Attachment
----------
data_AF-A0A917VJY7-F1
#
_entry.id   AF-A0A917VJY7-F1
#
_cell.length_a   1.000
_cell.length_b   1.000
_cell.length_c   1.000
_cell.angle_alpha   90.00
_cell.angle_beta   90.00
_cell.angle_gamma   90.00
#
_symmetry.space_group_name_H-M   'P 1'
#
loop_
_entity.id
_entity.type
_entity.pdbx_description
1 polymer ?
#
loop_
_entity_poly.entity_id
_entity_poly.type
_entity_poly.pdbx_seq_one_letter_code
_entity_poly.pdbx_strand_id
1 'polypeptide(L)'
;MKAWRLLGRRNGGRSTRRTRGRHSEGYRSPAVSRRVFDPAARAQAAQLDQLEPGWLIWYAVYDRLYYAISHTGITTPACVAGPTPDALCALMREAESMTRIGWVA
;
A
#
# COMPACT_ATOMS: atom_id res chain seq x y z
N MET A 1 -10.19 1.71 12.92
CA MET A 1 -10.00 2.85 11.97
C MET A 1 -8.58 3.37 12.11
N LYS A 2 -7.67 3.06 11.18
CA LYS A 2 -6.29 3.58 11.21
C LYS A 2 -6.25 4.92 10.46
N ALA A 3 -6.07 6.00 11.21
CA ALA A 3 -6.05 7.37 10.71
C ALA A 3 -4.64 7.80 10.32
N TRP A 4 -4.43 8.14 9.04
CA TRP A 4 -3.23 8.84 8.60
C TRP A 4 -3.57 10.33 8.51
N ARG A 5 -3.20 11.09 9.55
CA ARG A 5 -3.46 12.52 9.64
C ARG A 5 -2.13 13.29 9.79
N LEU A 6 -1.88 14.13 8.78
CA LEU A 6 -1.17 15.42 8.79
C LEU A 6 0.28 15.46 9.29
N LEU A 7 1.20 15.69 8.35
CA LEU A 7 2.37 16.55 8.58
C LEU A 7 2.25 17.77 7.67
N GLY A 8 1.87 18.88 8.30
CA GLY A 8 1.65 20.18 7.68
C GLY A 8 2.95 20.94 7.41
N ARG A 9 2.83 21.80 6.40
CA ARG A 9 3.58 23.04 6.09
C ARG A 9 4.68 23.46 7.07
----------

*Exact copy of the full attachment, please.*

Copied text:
data_AF-A0A917VJY7-F1
#
_entry.id   AF-A0A917VJY7-F1
#
_cell.length_a   1.000
_cell.length_b   1.000
_cell.length_c   1.000
_cell.angle_alpha   90.00
_cell.angle_beta   90.00
_cell.angle_gamma   90.00
#
_symmetry.space_group_name_H-M   'P 1'
#
loop_
_entity.id
_entity.type
_entity.pdbx_description
1 polymer ?
#
loop_
_entity_poly.entity_id
_entity_poly.type
_entity_poly.pdbx_seq_one_letter_code
_entity_poly.pdbx_strand_id
1 'polypeptide(L)'
;MKAWRLLGRRNGGRSTRRTRGRHSEGYRSPAVSRRVFDPAARAQAAQLDQLEPGWLIWYAVYDRLYYAISHTGITTPACVAGPTPDALCALMREAESMTRIGWVA
;
A
#
# COMPACT_ATOMS: atom_id res chain seq x y z
N MET A 1 -10.19 1.71 12.92
CA MET A 1 -10.00 2.85 11.97
C MET A 1 -8.58 3.37 12.11
N LYS A 2 -7.67 3.06 11.18
CA LYS A 2 -6.29 3.58 11.21
C LYS A 2 -6.25 4.92 10.46
N ALA A 3 -6.07 6.00 11.21
CA ALA A 3 -6.05 7.37 10.71
C ALA A 3 -4.64 7.80 10.32
N TRP A 4 -4.43 8.14 9.04
CA TRP A 4 -3.23 8.84 8.60
C TRP A 4 -3.57 10.33 8.51
N ARG A 5 -3.20 11.09 9.55
CA ARG A 5 -3.46 12.52 9.64
C ARG A 5 -2.13 13.29 9.79
N LEU A 6 -1.88 14.13 8.78
CA LEU A 6 -1.17 15.42 8.79
C LEU A 6 0.28 15.46 9.29
N LEU A 7 1.20 15.69 8.35
CA LEU A 7 2.37 16.55 8.58
C LEU A 7 2.25 17.77 7.67
N GLY A 8 1.87 18.88 8.30
CA GLY A 8 1.65 20.18 7.68
C GLY A 8 2.95 20.94 7.41
N ARG A 9 2.83 21.80 6.40
CA ARG A 9 3.58 23.04 6.09
C ARG A 9 4.68 23.46 7.07